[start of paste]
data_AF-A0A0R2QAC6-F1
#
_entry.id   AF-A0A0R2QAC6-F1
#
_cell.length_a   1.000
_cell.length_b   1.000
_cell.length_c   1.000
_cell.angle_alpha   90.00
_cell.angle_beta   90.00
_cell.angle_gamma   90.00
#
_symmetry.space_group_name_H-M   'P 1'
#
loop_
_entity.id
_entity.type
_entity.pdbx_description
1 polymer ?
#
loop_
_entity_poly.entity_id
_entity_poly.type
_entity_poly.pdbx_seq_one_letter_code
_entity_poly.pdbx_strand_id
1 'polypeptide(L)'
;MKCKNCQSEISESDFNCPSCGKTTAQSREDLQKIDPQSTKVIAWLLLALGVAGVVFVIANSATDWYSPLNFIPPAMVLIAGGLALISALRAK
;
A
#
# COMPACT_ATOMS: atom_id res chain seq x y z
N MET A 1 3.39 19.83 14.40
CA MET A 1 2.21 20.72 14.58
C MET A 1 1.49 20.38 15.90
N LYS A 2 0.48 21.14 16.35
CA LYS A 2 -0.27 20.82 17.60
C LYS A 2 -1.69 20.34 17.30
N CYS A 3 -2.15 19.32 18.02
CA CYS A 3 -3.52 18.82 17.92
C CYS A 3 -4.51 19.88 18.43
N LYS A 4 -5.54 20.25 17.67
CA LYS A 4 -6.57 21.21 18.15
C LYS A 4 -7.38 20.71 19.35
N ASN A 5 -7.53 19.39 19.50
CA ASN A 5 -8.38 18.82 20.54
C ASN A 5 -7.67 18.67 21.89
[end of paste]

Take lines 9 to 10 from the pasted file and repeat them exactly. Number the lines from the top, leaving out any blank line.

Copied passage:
_cell.angle_beta   90.00
_cell.angle_gamma   90.00